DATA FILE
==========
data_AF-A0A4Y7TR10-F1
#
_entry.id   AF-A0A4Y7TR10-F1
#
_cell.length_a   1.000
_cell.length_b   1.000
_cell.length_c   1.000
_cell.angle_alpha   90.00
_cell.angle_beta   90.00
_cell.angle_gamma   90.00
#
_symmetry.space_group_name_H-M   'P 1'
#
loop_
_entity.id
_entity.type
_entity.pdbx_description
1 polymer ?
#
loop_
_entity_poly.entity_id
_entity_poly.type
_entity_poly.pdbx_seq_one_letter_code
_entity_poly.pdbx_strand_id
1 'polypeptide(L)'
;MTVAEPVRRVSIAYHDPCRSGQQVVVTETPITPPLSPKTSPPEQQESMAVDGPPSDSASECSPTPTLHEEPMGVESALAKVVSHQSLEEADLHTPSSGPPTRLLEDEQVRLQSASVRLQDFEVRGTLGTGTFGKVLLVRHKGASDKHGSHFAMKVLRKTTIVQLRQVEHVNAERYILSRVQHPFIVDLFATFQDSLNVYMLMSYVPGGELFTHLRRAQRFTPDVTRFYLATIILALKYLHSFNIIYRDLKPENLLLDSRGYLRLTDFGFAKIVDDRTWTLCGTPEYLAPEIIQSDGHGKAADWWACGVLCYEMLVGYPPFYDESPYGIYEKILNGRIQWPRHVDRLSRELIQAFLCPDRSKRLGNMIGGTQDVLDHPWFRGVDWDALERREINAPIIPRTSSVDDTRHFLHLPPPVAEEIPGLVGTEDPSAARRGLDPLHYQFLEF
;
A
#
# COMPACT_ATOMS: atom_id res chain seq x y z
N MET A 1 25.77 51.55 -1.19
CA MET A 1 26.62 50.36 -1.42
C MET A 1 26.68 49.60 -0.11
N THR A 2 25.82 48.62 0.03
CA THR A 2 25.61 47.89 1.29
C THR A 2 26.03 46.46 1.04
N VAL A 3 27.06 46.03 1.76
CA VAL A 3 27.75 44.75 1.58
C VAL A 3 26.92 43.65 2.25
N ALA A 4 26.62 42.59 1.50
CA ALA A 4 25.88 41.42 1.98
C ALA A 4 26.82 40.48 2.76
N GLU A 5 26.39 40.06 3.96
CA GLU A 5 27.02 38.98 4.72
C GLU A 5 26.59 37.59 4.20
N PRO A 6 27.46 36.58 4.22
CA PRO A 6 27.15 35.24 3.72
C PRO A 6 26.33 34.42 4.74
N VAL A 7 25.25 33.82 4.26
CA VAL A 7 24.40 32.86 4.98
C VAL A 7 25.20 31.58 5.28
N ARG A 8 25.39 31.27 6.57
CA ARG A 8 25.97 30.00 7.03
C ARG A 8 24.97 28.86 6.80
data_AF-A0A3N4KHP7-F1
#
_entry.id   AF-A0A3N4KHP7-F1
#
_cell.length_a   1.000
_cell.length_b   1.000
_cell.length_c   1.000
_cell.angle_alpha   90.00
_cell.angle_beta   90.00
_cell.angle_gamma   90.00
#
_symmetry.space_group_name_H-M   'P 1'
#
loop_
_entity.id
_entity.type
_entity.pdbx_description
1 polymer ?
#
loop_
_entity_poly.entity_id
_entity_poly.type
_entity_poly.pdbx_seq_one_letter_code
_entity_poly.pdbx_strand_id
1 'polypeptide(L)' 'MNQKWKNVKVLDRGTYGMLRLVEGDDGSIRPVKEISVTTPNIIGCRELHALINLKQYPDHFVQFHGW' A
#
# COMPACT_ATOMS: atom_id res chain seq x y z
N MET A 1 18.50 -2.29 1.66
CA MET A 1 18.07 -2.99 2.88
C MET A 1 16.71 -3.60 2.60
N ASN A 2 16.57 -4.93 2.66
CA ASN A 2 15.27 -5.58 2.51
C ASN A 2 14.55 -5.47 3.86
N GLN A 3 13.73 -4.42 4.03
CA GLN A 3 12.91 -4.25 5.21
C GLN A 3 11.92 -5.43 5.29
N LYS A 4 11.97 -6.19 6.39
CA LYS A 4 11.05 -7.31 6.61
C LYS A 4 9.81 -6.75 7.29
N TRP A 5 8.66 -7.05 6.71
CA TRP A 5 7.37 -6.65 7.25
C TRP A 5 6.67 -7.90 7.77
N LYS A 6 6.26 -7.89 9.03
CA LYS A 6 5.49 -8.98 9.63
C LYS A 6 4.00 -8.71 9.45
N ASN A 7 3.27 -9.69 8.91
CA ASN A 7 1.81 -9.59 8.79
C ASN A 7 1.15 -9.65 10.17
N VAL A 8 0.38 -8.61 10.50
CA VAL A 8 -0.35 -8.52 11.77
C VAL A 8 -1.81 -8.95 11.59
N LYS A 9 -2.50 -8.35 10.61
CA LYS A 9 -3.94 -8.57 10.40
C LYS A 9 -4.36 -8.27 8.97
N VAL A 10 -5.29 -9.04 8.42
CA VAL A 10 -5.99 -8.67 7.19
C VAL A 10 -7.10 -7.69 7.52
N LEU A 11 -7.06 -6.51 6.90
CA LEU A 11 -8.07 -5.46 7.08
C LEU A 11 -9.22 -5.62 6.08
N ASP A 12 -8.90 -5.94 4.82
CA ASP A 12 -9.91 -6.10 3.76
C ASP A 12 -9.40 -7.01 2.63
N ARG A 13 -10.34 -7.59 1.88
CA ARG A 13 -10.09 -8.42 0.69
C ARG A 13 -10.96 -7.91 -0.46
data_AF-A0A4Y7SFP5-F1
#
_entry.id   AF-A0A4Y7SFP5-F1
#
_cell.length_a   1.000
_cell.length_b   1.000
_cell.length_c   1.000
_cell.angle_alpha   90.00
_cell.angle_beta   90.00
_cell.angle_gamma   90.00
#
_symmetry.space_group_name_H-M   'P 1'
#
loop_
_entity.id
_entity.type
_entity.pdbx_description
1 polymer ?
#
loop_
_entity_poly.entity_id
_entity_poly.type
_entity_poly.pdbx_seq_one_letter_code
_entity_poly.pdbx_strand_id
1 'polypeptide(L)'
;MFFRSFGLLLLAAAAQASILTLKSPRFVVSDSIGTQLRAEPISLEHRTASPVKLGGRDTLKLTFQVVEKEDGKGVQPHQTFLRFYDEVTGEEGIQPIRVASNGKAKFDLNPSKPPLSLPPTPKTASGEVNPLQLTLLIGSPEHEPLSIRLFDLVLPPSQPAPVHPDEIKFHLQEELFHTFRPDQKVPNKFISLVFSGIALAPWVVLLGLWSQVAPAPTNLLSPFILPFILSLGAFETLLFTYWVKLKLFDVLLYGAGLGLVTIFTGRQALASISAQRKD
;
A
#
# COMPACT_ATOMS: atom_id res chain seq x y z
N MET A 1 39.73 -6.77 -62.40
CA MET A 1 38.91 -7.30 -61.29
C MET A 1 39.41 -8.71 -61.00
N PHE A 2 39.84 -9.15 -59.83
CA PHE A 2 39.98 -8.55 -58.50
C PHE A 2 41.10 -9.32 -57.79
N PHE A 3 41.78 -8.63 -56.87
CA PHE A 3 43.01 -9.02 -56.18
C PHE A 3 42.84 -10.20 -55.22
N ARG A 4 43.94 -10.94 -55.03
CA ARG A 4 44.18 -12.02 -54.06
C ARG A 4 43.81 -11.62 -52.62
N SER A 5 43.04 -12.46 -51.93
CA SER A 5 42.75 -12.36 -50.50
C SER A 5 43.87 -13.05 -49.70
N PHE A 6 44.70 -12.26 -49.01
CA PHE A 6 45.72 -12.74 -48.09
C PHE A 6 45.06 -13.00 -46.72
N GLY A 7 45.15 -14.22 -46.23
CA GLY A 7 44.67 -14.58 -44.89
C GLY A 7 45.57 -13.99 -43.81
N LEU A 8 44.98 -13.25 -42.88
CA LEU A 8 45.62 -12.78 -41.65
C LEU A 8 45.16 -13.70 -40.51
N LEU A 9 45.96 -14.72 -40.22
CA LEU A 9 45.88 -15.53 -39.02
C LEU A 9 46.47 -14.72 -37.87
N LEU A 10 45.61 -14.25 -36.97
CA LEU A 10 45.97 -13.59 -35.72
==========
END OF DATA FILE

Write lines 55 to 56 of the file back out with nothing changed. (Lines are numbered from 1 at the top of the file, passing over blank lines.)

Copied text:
data_AF-A0A3N4KHP7-F1
#